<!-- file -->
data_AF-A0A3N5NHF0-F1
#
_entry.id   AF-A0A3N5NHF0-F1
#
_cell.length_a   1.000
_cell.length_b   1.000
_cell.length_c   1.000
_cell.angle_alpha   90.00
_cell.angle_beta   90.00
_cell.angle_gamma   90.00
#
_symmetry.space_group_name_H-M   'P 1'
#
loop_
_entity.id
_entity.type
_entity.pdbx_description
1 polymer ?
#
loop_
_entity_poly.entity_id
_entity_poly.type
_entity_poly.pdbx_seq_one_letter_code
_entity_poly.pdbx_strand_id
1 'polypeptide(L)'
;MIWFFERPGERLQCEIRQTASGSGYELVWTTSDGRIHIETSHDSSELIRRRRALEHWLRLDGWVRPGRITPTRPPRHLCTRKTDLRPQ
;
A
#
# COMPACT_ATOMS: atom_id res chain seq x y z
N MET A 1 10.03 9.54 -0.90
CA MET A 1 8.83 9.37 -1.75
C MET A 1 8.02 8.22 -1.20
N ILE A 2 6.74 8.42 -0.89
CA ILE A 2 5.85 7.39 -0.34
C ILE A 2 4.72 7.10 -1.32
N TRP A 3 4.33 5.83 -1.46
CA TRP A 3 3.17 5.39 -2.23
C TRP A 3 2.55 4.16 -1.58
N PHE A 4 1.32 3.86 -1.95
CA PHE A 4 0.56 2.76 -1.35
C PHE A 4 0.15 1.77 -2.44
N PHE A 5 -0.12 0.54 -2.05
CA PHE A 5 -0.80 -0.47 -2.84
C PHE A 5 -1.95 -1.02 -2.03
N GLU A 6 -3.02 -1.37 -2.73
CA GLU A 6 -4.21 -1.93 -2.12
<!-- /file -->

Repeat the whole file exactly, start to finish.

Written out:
data_AF-A0A3N5NHF0-F1
#
_entry.id   AF-A0A3N5NHF0-F1
#
_cell.length_a   1.000
_cell.length_b   1.000
_cell.length_c   1.000
_cell.angle_alpha   90.00
_cell.angle_beta   90.00
_cell.angle_gamma   90.00
#
_symmetry.space_group_name_H-M   'P 1'
#
loop_
_entity.id
_entity.type
_entity.pdbx_description
1 polymer ?
#
loop_
_entity_poly.entity_id
_entity_poly.type
_entity_poly.pdbx_seq_one_letter_code
_entity_poly.pdbx_strand_id
1 'polypeptide(L)'
;MIWFFERPGERLQCEIRQTASGSGYELVWTTSDGRIHIETSHDSSELIRRRRALEHWLRLDGWVRPGRITPTRPPRHLCTRKTDLRPQ
;
A
#
# COMPACT_ATOMS: atom_id res chain seq x y z
N MET A 1 10.03 9.54 -0.90
CA MET A 1 8.83 9.37 -1.75
C MET A 1 8.02 8.22 -1.20
N ILE A 2 6.74 8.42 -0.89
CA ILE A 2 5.85 7.39 -0.34
C ILE A 2 4.72 7.10 -1.32
N TRP A 3 4.33 5.83 -1.46
CA TRP A 3 3.17 5.39 -2.23
C TRP A 3 2.55 4.16 -1.58
N PHE A 4 1.32 3.86 -1.95
CA PHE A 4 0.56 2.76 -1.35
C PHE A 4 0.15 1.77 -2.44
N PHE A 5 -0.12 0.54 -2.05
CA PHE A 5 -0.80 -0.47 -2.84
C PHE A 5 -1.95 -1.02 -2.03
N GLU A 6 -3.02 -1.37 -2.73
CA GLU A 6 -4.21 -1.93 -2.12